PHP and Sendmail
#224 Henry, Sunday, 29 March 2015 11:55 AM (Category: Web Development)
(Tags: php web sendmail)

I write my websites in PHP. On several of them, I use the PHP mail function to send an email. This is mostly for contact purposes, or for giving temporary access to a user who has forgotten their password. The function is like this:

mail ($to, $subject, $body, $headers, $sendmail);

This function creates an email, and hands it over to sendmail. Ever since I started using this, I found it slow. It takes forever to process. The webpage just goes blank and the user waits for maybe 15 seconds before anything else happens. I never knew why this was.

I added new Contact pages to the ASG website recently. I did not like this delay. You can't have a delay while nothing is happening, your users don't know what is going on. So I researched it. StackOverflow had lots of suggestions, but I checked them all, and none of them was the problem.

Finally, I ran experiments. I watched the sendmail logs while I ran the webpage and called that mail function. And I found my problem. Sendmail on my Linode handles the mail for 12 domains and couple hundred users. The sendmail config has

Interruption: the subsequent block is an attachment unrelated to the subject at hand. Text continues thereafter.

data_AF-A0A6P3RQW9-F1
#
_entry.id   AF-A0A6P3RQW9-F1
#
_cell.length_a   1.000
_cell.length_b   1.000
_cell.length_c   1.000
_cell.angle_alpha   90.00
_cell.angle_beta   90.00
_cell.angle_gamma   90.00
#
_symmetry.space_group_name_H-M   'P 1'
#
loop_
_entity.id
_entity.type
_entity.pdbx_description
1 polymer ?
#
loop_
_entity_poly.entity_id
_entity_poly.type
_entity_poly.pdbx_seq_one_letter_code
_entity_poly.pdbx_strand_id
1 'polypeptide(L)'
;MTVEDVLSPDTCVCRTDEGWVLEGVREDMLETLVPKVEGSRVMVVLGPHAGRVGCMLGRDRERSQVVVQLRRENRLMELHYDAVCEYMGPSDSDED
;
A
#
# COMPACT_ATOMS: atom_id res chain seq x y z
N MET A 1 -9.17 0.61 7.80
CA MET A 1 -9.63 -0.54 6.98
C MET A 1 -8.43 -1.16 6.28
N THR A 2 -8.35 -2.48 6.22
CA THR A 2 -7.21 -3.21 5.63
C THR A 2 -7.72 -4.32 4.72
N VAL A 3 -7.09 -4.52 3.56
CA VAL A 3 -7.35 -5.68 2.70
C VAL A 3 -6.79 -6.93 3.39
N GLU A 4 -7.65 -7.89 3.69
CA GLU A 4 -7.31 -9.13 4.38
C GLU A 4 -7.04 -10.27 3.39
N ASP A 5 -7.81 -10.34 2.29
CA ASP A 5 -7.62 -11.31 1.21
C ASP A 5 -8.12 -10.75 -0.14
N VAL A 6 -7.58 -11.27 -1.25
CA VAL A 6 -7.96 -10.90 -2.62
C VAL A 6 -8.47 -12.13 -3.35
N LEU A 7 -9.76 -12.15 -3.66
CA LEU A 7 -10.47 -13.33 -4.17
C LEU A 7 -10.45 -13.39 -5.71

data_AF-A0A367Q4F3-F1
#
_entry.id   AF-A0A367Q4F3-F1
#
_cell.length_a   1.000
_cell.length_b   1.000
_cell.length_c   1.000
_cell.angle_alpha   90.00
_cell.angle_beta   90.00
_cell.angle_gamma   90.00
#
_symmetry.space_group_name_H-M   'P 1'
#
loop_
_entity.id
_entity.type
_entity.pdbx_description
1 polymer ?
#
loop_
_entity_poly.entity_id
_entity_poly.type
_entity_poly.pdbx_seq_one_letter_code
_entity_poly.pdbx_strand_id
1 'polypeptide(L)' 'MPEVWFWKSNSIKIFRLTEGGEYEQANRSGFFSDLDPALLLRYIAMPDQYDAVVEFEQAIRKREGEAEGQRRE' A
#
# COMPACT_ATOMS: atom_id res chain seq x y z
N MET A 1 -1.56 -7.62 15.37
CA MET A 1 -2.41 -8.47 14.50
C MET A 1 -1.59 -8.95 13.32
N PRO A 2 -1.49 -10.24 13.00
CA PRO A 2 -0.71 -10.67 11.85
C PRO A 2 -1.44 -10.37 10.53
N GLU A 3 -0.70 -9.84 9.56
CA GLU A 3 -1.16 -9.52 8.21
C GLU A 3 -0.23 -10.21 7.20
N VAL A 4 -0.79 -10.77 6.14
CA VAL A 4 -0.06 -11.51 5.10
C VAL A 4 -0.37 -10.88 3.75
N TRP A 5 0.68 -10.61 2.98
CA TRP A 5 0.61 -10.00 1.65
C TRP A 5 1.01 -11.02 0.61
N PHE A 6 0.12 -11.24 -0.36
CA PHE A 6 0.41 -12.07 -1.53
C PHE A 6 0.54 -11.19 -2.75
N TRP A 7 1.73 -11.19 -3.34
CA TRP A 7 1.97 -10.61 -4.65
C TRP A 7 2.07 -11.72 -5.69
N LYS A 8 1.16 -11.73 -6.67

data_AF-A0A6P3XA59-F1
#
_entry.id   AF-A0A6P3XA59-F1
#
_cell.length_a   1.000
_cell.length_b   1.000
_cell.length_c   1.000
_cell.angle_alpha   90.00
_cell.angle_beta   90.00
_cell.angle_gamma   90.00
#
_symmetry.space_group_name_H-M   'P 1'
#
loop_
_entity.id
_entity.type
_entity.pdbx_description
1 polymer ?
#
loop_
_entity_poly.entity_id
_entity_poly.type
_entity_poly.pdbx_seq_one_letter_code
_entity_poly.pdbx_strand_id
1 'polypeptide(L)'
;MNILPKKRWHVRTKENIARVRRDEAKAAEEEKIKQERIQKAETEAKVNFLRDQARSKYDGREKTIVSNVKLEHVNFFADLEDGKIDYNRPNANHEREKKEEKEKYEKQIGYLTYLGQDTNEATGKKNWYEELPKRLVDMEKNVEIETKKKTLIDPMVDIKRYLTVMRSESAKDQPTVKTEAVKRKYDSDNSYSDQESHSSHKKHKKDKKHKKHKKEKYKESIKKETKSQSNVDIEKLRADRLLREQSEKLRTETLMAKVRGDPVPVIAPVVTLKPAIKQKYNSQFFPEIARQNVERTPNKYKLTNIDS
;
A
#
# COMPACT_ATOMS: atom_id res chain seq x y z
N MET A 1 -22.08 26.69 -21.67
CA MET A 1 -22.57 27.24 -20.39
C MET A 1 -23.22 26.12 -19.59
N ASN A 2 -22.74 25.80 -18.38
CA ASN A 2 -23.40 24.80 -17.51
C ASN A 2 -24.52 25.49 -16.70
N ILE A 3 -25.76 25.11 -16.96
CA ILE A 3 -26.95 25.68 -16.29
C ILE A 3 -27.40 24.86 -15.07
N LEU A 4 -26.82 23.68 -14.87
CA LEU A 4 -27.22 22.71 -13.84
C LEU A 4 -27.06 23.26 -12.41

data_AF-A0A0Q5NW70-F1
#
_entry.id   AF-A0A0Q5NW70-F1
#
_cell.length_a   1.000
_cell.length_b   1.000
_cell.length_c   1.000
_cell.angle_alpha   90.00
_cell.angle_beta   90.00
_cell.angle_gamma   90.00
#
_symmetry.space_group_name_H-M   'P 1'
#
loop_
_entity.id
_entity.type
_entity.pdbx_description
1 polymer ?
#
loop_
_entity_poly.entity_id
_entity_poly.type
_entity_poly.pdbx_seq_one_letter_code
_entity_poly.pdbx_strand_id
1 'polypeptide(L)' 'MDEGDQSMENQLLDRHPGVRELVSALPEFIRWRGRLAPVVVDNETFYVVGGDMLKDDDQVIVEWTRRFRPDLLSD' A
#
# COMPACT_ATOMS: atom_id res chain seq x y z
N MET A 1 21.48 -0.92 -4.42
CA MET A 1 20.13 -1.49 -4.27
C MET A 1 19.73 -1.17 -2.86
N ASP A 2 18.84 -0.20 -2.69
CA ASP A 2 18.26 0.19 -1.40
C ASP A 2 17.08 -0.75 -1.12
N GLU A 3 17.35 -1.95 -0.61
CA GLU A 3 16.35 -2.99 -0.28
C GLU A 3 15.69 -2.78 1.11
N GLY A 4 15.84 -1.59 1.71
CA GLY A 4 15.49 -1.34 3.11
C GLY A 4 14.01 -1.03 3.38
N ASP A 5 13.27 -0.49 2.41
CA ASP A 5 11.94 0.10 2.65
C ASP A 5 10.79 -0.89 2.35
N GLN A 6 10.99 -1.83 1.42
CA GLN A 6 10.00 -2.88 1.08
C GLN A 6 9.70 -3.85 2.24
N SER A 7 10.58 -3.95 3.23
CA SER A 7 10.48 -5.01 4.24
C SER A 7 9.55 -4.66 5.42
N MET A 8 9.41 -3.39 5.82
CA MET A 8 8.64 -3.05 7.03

FEATURE(`greet_pause', `15000')dnl

This is an anti-spam measure. When a remote mailer connects, there is a 15 second delay before sendmail comes back with the 220 response. If the remote mailer starts churning out mail commands between the connection and the 220, sendmail assumes it is a spammer and disconnects. All valid mailers will connect, wait for the 220, and then start sending the email. And that's what is happening when PHP connects to sendmail to send a message - there is the 15 second greet pause, and then the transaction takes place.

I'm not willing to remove that greeting pause. I looked in the sendmail logs and saw that there are plenty of occasions each day where SMTP is spewed out as soon as a connection is made, which means that old stupid spammer trick is still in use. I thought they had gotten smarter about it, but no, old techniques are still in use.

We have techniques for dealing with things like this at work. If it's possible to have delays that hold up the action, then put a queue in between. So for my PHP contact web page, I created a SQL table, and stored the email details in that table. That's lightning fast, the web page responds rapidly and the user is not inconvenienced. I have a cron job that checks that queue regularly, and if there are messages to send, it will connect to sendmail and send them.

So now I know, and now I have a neat way around it.